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April 11, 2014

TCM at 20

In today's Wall Street Journal "Sightings" column I take note of an important cultural anniversary. Here's an excerpt.

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Twenty years ago next Monday, Turner Classic Movies went on the air, and the lives of film buffs were instantly improved almost beyond recognition. TCM is a basic cable channel owned by the Turner Broadcasting System that shows old movies, most of them released prior to 1970, around the clock. Some are familiar, others obscure, but all are uncut, uncolorized, uninterrupted by commercials and otherwise unaltered. No other enterprise has done more to make such films widely accessible to the general public....

501073d0dee26.preview-620.jpgI doubt I'm the only viewer who routinely flicks through the coming month's fare and earmarks a half-dozen films at a time for future recording. I am, in short, an ardent fan--but I wonder what the future holds in store for the channel that made Robert Osborne, TCM's host-in-chief, a star. Will it continue to prosper? Or is TCM's business model flawed in ways that could lead to its decline and fall?

To answer these questions, it's necessary to reflect on the way in which TCM transformed the culture of film in America. By 1994 the VCR had made it possible for most Americans to view movies in their living rooms, but few video stores carried a wide-ranging inventory of older films, nor were they shown other than sporadically on television. If you wanted to see or study the great films of the past, you usually had to buy your own copies. Then TCM came along and changed everything, quickly became indispensable to movie lovers everywhere.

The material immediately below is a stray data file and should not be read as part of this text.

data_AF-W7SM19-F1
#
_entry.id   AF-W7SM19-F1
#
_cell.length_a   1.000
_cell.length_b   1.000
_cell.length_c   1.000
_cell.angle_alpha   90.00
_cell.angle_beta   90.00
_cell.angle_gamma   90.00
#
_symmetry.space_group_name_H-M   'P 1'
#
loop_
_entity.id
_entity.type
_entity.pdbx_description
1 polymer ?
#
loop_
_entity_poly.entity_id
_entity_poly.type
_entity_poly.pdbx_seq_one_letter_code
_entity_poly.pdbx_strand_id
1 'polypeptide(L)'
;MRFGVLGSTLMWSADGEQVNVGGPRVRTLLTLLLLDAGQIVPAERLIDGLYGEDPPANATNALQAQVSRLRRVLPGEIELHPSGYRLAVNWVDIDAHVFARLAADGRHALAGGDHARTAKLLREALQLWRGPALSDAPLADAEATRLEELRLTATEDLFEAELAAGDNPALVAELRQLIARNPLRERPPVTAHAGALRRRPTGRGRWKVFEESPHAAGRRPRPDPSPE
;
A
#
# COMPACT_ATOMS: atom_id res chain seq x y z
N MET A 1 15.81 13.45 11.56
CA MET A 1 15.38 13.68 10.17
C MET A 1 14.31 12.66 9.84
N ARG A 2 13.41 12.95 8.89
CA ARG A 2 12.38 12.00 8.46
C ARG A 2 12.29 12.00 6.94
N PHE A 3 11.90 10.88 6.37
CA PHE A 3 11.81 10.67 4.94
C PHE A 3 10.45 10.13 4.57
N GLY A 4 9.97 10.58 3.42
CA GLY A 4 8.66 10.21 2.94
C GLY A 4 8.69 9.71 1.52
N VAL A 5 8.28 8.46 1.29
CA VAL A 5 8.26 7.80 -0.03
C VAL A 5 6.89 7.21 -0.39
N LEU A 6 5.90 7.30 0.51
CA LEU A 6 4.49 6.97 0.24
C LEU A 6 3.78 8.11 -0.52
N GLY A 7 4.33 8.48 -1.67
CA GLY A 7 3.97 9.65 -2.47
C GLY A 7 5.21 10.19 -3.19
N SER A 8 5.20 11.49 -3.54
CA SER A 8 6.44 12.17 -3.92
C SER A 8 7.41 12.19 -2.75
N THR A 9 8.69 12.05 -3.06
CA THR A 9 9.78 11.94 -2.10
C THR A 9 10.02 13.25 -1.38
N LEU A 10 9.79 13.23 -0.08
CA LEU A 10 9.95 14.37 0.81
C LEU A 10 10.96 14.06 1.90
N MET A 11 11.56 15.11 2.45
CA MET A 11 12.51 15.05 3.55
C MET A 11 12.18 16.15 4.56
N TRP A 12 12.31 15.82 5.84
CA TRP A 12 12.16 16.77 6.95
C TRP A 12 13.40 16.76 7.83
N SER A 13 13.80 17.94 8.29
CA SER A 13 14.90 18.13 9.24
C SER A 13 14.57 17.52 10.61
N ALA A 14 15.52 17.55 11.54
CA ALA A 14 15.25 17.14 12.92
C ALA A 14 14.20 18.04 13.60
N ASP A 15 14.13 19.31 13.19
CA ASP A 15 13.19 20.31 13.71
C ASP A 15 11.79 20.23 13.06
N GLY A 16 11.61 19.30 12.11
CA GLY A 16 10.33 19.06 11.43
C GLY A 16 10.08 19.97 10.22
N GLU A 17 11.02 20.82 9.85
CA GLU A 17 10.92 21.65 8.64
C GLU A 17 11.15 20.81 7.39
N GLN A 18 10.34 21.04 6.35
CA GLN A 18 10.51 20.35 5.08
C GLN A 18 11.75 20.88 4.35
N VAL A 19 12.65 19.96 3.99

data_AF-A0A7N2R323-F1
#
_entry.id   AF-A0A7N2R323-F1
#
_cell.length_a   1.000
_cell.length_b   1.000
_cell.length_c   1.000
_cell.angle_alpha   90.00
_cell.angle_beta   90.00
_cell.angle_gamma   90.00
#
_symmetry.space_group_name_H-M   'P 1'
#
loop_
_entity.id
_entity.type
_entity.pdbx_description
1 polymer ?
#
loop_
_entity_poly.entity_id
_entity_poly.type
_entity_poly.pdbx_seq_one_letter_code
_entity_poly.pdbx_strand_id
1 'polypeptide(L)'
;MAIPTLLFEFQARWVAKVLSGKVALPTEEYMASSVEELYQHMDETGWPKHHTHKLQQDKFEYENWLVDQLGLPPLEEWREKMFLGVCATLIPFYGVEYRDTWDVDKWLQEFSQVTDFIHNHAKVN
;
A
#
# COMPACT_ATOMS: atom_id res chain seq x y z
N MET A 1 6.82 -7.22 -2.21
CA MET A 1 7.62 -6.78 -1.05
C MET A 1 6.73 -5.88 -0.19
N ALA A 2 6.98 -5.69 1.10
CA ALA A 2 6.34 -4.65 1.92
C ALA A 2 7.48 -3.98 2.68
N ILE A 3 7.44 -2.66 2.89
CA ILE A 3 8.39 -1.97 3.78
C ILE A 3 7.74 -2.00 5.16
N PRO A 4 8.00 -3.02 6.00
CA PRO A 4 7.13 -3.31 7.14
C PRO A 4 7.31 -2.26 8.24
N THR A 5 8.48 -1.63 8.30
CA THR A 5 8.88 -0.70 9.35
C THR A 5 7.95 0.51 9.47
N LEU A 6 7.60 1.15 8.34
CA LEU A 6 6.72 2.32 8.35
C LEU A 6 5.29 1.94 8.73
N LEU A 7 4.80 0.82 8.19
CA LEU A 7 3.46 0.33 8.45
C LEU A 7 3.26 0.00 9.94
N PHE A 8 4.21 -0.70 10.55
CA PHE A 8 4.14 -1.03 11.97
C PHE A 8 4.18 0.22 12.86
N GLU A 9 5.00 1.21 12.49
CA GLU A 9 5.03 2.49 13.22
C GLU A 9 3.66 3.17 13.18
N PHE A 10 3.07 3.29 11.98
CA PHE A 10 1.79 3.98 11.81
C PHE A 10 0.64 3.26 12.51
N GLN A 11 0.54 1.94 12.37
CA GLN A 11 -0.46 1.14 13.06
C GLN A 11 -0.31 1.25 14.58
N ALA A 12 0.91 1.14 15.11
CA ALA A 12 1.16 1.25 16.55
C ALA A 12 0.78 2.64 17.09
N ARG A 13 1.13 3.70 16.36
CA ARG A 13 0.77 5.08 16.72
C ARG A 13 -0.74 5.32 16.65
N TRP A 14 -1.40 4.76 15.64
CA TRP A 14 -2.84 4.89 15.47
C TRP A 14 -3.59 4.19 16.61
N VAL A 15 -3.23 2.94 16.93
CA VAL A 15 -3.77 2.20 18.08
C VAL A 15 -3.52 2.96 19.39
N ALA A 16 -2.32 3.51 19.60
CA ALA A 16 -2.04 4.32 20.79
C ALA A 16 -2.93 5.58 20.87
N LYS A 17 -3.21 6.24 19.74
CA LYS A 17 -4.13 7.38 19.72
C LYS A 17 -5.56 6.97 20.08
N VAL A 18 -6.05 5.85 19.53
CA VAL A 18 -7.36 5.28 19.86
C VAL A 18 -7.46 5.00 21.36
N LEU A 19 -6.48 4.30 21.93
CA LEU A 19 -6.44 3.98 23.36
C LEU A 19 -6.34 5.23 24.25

That's still true. Most of the old movies that I watch in any given week come from TCM. But the rise of on-demand TV is changing the viewing habits of film buffs. Why wait for TCM to show "Grand Hotel" next Thursday when Amazon Instant Video will stream it to your iPad right now for $1.99?...

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Read the whole thing here.

Posted April 11, 2014 10:00 AM

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